In an interview with NPR legal affairs correspondent Nina Totenberg, President Barack Obama spoke about why he nominated Judge Merrick Garland to fill the vacancy on the Supreme Court left by the late Justice Antonin Scalia.
Partial transcript as follows:
PRESIDENT OBAMA: “But one of the things that’s broken down in our politics is a recognition that you don’t always get your way 100 percent of the time. And sometimes in the integrity of the institution and the process and governance, and the interests of the American people actually matter more than your short-term politics. They actually matter more than doing what is politically expedient. And there have been a number of times where, as president of the United States, I’ve had to do things that I knew were bad politics but I understood were important to the country or important to the institution of the presidency.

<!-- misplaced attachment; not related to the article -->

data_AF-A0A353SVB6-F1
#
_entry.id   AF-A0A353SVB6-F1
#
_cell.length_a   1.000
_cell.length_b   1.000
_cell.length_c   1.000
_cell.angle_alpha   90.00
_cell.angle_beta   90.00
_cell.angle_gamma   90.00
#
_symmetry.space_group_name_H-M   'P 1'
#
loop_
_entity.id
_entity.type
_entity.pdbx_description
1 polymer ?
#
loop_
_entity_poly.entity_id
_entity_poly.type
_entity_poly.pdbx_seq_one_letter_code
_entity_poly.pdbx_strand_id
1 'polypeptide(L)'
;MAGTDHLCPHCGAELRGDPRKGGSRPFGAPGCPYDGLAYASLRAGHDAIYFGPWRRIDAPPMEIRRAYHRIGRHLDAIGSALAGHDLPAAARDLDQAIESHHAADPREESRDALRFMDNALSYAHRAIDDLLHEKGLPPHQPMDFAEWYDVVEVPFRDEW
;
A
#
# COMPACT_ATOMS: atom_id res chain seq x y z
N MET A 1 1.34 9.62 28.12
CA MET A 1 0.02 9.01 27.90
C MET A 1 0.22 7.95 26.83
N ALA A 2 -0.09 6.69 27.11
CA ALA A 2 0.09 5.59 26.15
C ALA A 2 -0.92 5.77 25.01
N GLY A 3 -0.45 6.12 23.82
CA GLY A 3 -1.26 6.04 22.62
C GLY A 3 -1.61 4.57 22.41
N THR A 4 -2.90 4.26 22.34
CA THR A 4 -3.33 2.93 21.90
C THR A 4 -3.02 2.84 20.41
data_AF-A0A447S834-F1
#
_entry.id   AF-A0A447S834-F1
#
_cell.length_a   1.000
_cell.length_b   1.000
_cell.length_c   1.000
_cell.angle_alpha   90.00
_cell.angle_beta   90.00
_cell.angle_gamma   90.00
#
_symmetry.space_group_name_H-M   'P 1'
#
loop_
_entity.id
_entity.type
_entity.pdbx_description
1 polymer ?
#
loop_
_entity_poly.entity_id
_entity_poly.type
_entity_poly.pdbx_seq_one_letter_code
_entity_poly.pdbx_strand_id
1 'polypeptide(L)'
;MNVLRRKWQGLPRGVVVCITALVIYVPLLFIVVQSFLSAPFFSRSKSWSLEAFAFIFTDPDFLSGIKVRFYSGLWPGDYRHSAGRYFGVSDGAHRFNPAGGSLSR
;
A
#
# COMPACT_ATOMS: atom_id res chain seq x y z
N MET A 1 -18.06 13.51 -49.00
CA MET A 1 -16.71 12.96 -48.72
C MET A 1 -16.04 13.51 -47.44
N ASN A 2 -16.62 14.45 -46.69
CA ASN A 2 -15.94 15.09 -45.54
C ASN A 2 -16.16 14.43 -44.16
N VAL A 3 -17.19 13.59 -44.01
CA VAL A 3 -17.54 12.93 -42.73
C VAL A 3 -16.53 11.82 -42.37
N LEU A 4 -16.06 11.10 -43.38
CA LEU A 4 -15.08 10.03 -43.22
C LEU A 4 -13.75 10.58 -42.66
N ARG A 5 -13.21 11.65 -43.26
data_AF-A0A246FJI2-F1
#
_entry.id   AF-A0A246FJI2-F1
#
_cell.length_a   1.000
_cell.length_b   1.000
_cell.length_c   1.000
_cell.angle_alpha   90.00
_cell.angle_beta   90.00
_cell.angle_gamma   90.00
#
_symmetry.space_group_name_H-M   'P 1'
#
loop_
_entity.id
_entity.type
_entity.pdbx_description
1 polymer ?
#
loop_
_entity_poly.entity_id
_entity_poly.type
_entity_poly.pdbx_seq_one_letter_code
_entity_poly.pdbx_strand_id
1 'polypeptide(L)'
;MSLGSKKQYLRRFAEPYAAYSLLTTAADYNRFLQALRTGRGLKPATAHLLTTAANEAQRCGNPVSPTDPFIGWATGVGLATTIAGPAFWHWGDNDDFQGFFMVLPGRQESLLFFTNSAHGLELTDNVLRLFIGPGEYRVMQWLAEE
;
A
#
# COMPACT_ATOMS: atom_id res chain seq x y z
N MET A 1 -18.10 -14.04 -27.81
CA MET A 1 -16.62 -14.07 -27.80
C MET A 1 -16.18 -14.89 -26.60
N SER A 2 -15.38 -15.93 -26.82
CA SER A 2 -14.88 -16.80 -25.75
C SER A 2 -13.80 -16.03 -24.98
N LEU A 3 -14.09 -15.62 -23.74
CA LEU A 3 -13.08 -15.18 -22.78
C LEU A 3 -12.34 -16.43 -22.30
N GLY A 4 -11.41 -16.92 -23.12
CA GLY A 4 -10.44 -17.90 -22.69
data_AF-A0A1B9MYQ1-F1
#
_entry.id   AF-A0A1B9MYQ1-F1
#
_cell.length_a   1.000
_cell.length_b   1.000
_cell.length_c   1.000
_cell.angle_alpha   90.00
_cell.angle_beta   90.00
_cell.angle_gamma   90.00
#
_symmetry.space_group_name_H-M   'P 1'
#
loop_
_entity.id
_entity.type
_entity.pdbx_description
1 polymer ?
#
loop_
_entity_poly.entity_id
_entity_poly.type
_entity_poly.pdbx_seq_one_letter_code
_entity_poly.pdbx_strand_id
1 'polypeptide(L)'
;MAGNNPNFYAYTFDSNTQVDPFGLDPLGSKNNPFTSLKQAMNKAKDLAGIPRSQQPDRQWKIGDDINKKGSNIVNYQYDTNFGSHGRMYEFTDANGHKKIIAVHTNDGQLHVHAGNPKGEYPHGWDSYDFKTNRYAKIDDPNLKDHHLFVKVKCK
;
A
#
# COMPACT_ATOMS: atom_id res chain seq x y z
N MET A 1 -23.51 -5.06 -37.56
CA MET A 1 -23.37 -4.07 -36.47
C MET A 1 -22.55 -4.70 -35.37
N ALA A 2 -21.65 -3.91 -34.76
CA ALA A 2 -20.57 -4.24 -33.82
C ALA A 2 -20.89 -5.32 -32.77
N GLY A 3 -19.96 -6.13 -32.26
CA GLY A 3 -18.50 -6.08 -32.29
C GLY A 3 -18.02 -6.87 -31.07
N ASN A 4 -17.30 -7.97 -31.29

And I would expect that the senators who’ve been elected by their constituents will find in themselves the kind of respect for this incredible democratic experiment that our founders crafted, that they’re not going to want to see it continue to degenerate into just a bunch of poll-driven, negative-ad-driven, polarized name-calling, because that’s not what made us the greatest country on Earth.
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